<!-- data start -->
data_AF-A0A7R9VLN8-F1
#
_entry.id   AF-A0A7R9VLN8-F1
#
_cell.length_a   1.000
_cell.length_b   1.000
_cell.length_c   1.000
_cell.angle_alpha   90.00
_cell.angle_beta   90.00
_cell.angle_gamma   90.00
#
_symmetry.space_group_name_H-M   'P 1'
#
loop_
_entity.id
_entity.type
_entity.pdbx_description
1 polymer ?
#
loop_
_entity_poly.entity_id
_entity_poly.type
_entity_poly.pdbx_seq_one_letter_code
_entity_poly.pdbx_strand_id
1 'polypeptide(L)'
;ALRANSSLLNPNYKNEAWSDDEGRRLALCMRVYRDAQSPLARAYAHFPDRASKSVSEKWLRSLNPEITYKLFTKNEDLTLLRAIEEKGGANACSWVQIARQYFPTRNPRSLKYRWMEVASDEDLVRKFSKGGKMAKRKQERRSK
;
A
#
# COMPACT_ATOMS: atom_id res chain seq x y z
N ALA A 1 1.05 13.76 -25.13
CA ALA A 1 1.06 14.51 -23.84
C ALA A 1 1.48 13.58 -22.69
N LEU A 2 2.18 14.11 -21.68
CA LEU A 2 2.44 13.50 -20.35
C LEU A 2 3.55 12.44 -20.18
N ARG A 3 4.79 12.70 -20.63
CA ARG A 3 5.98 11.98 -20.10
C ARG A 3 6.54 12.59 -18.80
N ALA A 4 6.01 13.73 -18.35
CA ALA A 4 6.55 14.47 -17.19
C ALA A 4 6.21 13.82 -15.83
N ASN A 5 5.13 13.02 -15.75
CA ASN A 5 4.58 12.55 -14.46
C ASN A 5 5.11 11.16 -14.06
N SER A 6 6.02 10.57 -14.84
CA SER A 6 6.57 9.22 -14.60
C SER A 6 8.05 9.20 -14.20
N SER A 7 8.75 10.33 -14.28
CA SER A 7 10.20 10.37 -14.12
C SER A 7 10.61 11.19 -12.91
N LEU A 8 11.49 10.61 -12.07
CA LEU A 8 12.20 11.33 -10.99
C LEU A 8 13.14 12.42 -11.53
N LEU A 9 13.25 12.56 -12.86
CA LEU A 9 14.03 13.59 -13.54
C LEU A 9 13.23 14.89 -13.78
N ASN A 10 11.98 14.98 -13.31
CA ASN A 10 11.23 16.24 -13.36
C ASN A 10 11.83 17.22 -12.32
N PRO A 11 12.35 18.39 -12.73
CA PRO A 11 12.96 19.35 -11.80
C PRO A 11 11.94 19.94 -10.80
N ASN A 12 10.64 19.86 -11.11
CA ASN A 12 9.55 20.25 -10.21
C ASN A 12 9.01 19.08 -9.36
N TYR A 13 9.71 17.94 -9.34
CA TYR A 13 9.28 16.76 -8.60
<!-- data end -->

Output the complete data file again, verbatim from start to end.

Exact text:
data_AF-A0A7R9VLN8-F1
#
_entry.id   AF-A0A7R9VLN8-F1
#
_cell.length_a   1.000
_cell.length_b   1.000
_cell.length_c   1.000
_cell.angle_alpha   90.00
_cell.angle_beta   90.00
_cell.angle_gamma   90.00
#
_symmetry.space_group_name_H-M   'P 1'
#
loop_
_entity.id
_entity.type
_entity.pdbx_description
1 polymer ?
#
loop_
_entity_poly.entity_id
_entity_poly.type
_entity_poly.pdbx_seq_one_letter_code
_entity_poly.pdbx_strand_id
1 'polypeptide(L)'
;ALRANSSLLNPNYKNEAWSDDEGRRLALCMRVYRDAQSPLARAYAHFPDRASKSVSEKWLRSLNPEITYKLFTKNEDLTLLRAIEEKGGANACSWVQIARQYFPTRNPRSLKYRWMEVASDEDLVRKFSKGGKMAKRKQERRSK
;
A
#
# COMPACT_ATOMS: atom_id res chain seq x y z
N ALA A 1 1.05 13.76 -25.13
CA ALA A 1 1.06 14.51 -23.84
C ALA A 1 1.48 13.58 -22.69
N LEU A 2 2.18 14.11 -21.68
CA LEU A 2 2.44 13.50 -20.35
C LEU A 2 3.55 12.44 -20.18
N ARG A 3 4.79 12.70 -20.63
CA ARG A 3 5.98 11.98 -20.10
C ARG A 3 6.54 12.59 -18.80
N ALA A 4 6.01 13.73 -18.35
CA ALA A 4 6.55 14.47 -17.19
C ALA A 4 6.21 13.82 -15.83
N ASN A 5 5.13 13.02 -15.75
CA ASN A 5 4.58 12.55 -14.46
C ASN A 5 5.11 11.16 -14.06
N SER A 6 6.02 10.57 -14.84
CA SER A 6 6.57 9.22 -14.60
C SER A 6 8.05 9.20 -14.20
N SER A 7 8.75 10.33 -14.28
CA SER A 7 10.20 10.37 -14.12
C SER A 7 10.61 11.19 -12.91
N LEU A 8 11.49 10.61 -12.07
CA LEU A 8 12.20 11.33 -10.99
C LEU A 8 13.14 12.42 -11.53
N LEU A 9 13.25 12.56 -12.86
CA LEU A 9 14.03 13.59 -13.54
C LEU A 9 13.23 14.89 -13.78
N ASN A 10 11.98 14.98 -13.31
CA ASN A 10 11.23 16.24 -13.36
C ASN A 10 11.83 17.22 -12.32
N PRO A 11 12.35 18.39 -12.73
CA PRO A 11 12.96 19.35 -11.80
C PRO A 11 11.94 19.94 -10.80
N ASN A 12 10.64 19.86 -11.11
CA ASN A 12 9.55 20.25 -10.21
C ASN A 12 9.01 19.08 -9.36
N TYR A 13 9.71 17.94 -9.34
CA TYR A 13 9.28 16.76 -8.60